Newsmakers

Five UW researchers were named fellows of the American Association for the Advancement of Science: Francois Baneyx, Ann Bostrom, ’83, Ferric Fang, Wim Hol and Charles Murry, ’92.

Sandra Madrid, ’80, ’82, ’85, received the 2013 Latino Heritage Award from the City of Seattle for her contributions to Seattle’s Latino community. She spent 24 years as a faculty member and administrator at the UW School of Law before retiring in the fall.

The American Dental Association’s top student researcher award went to Jonathan An, a third-year dental student. He received the ADA’s Student Clinical Scholar Award for having the top paper in the Basic Science Research category.

The UW Microgravity Team has been selected to participate in NASA’s 2014 Microgravity University Reduced Gravity Education Flight Program in June.

James Krieger, ’89, clinical professor of health services in the School of Public Health, has been named an “Unsung Hero of Public Health” by the Campaign for Public Health Foundation. His work focuses on interventions to reduce health disparities in obesity, diabetes, asthma, tobacco and healthy eating.

The School of Nursing named Nancy Fugate Woods, ’69, as co-director of the de Tornyay Center for Healthy Aging. She is a professor in the School of Nursing’s Department of Biobehavioral Nursing and Health Systems.

Jeremy Clark, assistant professor of psychiatry and behavioral sciences, received a Presidential Early Career Award for Scientists and Engineers from the White House. His research has shown that teenagers’ alcohol use can permanently alter decision-making through modulation of dopamine systems.

Mary Lou Mulfur became the 46th member of the Women’s Golf Coaches Association Hall of Fame in December. Now in her 31st season as the Huskies head coach, she has led UW to 20 consecutive NCAA Regional appearances and nine berths in the NCAA finals.

Law Professor Jackie McMurtrie, who heads the School of Law’s Innocence Project Northwest, received the William O. Douglas Award from the American Civil Liberties Union Washington chapter in honor of her 20 years of work on behalf of wrongly convicted individuals.

Computer Science and Engineering Profesor Rajesh Rao has been named director of the National Science Foundation’s Engineering Research Center for Sensorimotor Neural Engineering. The center is based at the UW.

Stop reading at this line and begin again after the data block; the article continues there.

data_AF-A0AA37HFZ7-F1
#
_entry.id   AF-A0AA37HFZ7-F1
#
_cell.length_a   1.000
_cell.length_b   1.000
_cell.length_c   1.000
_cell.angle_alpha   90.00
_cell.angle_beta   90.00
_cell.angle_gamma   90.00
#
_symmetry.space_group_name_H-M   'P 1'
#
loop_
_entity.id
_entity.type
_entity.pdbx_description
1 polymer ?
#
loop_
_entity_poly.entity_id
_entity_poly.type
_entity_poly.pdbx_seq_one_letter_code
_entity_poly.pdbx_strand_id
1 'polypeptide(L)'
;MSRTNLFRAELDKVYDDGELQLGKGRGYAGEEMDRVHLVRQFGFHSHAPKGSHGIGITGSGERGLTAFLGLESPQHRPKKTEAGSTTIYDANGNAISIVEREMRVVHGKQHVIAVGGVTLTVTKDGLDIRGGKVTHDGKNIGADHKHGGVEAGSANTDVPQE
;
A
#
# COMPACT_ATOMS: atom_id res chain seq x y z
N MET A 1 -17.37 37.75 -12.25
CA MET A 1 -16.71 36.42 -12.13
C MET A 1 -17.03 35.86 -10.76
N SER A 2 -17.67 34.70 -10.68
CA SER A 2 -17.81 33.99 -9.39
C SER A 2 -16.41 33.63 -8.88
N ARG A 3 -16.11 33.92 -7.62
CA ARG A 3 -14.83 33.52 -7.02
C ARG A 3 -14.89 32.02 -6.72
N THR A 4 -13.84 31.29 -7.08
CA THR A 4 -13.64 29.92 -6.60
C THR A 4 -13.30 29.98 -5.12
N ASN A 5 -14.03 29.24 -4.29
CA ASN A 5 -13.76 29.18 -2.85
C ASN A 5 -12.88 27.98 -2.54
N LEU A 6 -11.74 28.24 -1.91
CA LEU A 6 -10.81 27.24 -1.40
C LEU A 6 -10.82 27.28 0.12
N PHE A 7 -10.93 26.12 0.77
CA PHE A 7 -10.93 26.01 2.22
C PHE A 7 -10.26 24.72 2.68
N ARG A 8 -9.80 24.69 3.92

Courtney Thompson, ’05, a three-time All-American volleyball player who led the Huskies to the 2005 NCAA championship, became the UW’s first female student-athlete to have her jersey retired.

Ed Crow, ’96, was named Washington State Assistant Principal of the Year. He is assistant principal at Hazen High School in Renton.

Jeanna Lee, ’10, was part of a 63-woman team from around the world that set a world record for all-female vertical formation skydiving in Arizona.

Rene Levy, professor and chair of the Department of Pharmaceutics in the UW School of Pharmacy, received the William G. Lennox-Cesare T. Lombroso Award from the American Epilepsy Society. Levy is a pharmaceutical chemist and the developer and director of the UW Metabolism and Transport Drug Interaction Database.

Robert Osborne, ’54, will mark his 20th anniversary as a host on Turner Classic Movies in April. Osborne has been a writer for The Hollywood Reporter since 1977. In 2006, he received a star on the Hollywood Walk of Fame.

The UW ranked 13th on Kiplinger’s annual list of 100 public colleges that offer the best value for the money. Last year, the UW was 18th.

The Jackson School of International Studies is offering a new intensive master’s degree option beginning in Fall 2014. The 10-month Master of Arts in Applied International Studies degree is for professionals with a bachelor’s degree and at least five years experience in such fields as philanthropy, business, military affairs or government.

To fight the increasing toll of dementia as a chronic disease that is increasing with the aging of baby boomers, the UW Medicine Memory and Brain Wellness Center has opened in the Senior Care Clinic at Harborview Medical Center.

In Tune

Scott Brown
The cool cat in the tux responsible for turning the Roosevelt High School jazz band into a national powerhouse is none other than Jazz Band Director Scott Brown, who marks 30 years at the North Seattle school this year. Roosevelt’s jazz players have won the prestigious Essentially Ellington competition in New York City three times since 1999. No wonder Brown was just inducted into the Earshot Jazz Festival Hall of Fame. “Coming out of the UW into my first and only teaching job at Roosevelt,” says Brown, ’82, “I could not have possibly imagined the amazing journey that it would be. From friendships to international tours with great music-making throughout the years, I’m still loving it and finding the magic from day to day.”—Julie Garner

Tuning In

Paige Mackenzie
She can handle a 9-iron like nobody’s business and now she has added a microphone to her repertoire. Paige Mackenzie, one of the best women’s golfers in UW history, has signed on as co-host of the Golf Channel’s “Morning Drive” TV show. While still continuing to play a full LPGA schedule, Mackenzie, ’06, will also offer commentary on “Golf Central,” report from select events and conduct in-depth interviews with fellow players. The former three-time All-American from Yakima, who has a degree in business, has always had her eye on being on TV, and would love to host a show about finances à la Suze Orman. Still, being a rookie on TV is a little like lying in the rough. “I am finding out that this is very similar to golf—there is no perfect,” she says. “But I am enjoying this more than I thought I would. I can see doing this when I am done playing.”—Jon Marmor

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